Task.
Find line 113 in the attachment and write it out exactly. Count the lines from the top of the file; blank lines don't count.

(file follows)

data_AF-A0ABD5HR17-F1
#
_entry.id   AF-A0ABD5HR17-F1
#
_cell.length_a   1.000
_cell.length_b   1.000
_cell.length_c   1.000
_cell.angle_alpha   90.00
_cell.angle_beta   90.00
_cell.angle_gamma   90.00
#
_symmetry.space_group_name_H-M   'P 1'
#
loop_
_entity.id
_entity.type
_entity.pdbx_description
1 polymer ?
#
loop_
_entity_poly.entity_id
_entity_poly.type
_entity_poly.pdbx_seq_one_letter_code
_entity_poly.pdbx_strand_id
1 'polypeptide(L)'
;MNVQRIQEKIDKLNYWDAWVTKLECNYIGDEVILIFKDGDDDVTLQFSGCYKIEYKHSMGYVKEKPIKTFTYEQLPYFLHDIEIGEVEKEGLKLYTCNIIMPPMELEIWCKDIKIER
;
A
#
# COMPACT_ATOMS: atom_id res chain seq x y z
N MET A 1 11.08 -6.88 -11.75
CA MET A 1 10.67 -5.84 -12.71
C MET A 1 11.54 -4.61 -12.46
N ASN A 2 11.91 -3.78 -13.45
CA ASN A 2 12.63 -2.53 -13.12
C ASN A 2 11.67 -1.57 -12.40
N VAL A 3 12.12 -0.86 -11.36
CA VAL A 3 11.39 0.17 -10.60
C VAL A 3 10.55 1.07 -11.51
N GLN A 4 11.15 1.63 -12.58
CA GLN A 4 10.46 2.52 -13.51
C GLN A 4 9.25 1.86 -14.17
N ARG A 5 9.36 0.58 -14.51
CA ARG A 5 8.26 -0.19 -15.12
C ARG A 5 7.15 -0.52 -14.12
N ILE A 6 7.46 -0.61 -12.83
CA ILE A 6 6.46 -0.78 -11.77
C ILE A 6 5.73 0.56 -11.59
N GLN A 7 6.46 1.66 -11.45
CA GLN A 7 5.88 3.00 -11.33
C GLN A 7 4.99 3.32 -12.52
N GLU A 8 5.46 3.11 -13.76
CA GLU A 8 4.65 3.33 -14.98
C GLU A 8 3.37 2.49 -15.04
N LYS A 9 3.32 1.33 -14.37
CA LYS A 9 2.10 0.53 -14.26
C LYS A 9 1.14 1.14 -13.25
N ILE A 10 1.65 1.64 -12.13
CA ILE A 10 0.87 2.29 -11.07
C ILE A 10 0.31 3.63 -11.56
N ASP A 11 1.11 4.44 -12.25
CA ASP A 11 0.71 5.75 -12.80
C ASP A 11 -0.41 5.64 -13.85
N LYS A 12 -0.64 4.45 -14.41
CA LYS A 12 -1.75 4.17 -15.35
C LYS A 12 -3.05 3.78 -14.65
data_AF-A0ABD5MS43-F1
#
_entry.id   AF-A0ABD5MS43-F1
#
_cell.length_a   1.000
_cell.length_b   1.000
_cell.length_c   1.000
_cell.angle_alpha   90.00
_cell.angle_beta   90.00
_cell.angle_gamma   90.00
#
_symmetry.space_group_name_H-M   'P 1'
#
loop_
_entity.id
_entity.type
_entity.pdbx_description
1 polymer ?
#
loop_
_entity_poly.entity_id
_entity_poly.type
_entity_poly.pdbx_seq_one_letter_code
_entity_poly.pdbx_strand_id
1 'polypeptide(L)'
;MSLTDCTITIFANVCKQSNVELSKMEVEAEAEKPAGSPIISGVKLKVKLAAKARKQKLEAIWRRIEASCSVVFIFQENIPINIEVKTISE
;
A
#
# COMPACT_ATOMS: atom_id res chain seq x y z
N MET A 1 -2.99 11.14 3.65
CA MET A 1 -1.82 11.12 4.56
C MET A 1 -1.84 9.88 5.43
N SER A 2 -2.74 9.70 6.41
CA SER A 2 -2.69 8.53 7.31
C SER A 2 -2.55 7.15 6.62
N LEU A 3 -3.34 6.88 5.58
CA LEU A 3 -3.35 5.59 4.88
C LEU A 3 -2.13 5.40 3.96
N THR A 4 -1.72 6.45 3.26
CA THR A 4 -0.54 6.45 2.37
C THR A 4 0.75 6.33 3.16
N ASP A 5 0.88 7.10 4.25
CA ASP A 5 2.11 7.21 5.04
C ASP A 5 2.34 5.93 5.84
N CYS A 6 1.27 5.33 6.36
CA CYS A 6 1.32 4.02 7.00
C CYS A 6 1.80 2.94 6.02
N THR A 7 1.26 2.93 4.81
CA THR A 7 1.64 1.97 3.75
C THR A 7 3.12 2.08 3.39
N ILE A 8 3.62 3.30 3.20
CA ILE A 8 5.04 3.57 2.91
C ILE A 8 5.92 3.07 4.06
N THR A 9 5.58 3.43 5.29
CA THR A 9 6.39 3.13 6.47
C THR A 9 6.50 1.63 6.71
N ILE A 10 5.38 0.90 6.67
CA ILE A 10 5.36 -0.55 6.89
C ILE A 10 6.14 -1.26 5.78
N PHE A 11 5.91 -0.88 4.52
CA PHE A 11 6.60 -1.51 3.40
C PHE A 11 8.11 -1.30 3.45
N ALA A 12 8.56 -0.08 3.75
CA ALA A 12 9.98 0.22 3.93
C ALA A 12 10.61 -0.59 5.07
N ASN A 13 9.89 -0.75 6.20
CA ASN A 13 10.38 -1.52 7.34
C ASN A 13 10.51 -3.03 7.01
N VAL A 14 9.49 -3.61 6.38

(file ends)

CA CYS A 6 1.32 4.02 7.00